Sunday, March 28, 2010

My Mother's Fundamentalism

A girl may learn femininity from her father but she learns what it means to be a woman from her mother.  My mother taught me that a woman’s sacred responsibility is to sacrifice herself in service to family.

Among other things, my mother firmly believed in the evangelical/fundamentalist concept of headship: that women are to be wives and mothers and as such are to be subject to their husbands in all things.  The husband has the authority before God to command his family and the wife has the responsibility of making sure his commands are followed.  I used to think that her belief in this concept was a more or less a result of her generation (by the time of Woodstock and the height of the Hippie Movement, she was already a minister’s wife and mother of two children).  Later I realized that she came from a long line of practical if not politically active feminists—career women, single mothers, and none of them particularly subservient when I knew them.  They were all strong church-going women so I suppose she could simply have taken her religious education more to heart than her forebears.  I knew my mother’s mother, aunt and grandmother as devout women but none of them had much respect for preachers and religious teachers.

My mother, however, rarely expressed an opinion in contradiction of my father’s. She insisted that I be a “little mother” to my siblings.  She “wrung dimes dry” according to her mother-in-law in order to sustain the lifestyle expected but not supported by my father’s ministry jobs. She only worked for pay when she couldn’t stretch the family budget any further and was quick to quit the minute my father was fired from yet another ministry position.  She did all of the household’s cooking, cleaning, laundering, and childcare until I was old enough to help but I shirked constantly and she was usually too tired to fight with me.  I don’t remember my father ever changing a diaper although he was the one to insist on child-rearing practices that included “crying it out” for infants even if that meant he had to hold her down while I cried in my crib.  By the time my sister came along ten years later, I was the often the one who got up in the middle of the night to fix bottles.  As a minister’s family, we were quite explicitly expected to behave like model children—no running, no fidgeting in church, no talking if there were adults present.  Our job was to stand quietly beside my father and smile through parishioners’ gushing praises for our lovely family, our wise and godly father.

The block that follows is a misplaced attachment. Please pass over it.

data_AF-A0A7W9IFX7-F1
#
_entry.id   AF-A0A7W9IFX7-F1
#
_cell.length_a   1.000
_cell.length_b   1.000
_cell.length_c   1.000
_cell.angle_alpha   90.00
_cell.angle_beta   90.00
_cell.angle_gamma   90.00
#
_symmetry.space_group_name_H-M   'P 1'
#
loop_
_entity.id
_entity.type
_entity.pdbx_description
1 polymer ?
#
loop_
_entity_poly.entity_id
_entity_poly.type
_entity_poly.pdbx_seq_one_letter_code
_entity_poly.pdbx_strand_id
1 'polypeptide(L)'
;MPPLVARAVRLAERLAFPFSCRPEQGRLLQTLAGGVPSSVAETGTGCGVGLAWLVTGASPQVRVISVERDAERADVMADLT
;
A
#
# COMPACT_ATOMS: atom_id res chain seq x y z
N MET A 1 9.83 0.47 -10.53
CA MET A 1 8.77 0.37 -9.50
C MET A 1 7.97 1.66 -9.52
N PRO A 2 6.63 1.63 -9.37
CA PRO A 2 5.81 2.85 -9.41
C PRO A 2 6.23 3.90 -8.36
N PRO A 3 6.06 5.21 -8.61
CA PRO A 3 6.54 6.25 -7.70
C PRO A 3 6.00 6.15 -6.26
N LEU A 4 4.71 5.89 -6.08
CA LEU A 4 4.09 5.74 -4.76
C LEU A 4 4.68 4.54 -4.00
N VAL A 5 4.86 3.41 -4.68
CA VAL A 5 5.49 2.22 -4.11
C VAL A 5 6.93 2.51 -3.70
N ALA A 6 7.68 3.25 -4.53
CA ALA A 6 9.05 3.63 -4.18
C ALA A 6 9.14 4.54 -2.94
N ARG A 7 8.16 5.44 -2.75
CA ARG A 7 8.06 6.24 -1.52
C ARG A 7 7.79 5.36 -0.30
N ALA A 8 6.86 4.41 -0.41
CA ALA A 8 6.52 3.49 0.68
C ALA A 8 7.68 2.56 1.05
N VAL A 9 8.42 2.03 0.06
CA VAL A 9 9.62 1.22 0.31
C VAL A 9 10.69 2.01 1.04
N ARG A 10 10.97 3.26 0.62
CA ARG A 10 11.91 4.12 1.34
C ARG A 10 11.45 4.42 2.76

When I reached adolescence, Mom was quick to point out every man who noticed my precocious development.  She suggested loose shirts, lots of sweaters, and slouching.  When I garnered the inevitable notice, it was my fault for what I wore or for flaunting myself (for example, wearing a bathing suit at a hotel swimming pool without covering myself). I was terrified to accept rides home from youth group meetings at church with a boy in case he “got ideas” from being alone in the vehicle with me.  It is telling that my first date was to a church function that I accepted and attended on the sly while my parents were both out of town at a deathbed.

How did my mother teach me that a freethinking woman was anathema to God?  Or that a woman’s only role is quiet subservience? From her example, of course, the same way I learned that there’s always a holier, more natural way to cook: from buying grain at the mill, to koshering her own meat before grinding hamburger and sausage, to the whole wheat/carob/honey “chocolate chip cookies” she made for our snacks.  She wanted to raise our own produce and hated anything Big City—I don’t know that she thought of those things in religious terms but it seems all of a piece as I look back.  American Christianity took a sharp turn to the Right in the years since I was in high school and everything that I’ve found to have developed in extreme Christianity was something my mother espoused:  agrarianism, patriarchy, the “biblical family”, the holiness of making one’s own bread and sewing one’s own clothes. 

While I spent my early adulthood in pursuit of the feminist dream—a career with good promotion prospects and an excellent compensation package, and a guy who respects women—it is interesting that within eighteen months of my mother’s untimely death, I was married, had moved across the country for my husband’s job and had found employment in daycare.  Within five years, I was preparing to move again for his job, had one baby and expected another, and made all my own food and cleaning products, including baby food and formula. I haven’t had a professional status since her death but I’ve made myself very ill trying to live up to all the highest standards of attachment parenting; fresh, whole, local homemade foods; alternative medicine and homeschooling.  I failed miserably at growing food, pinching pennies, or keeping a clean house.  I disagree frequently with my husband.  I am consumed with guilt over all those things.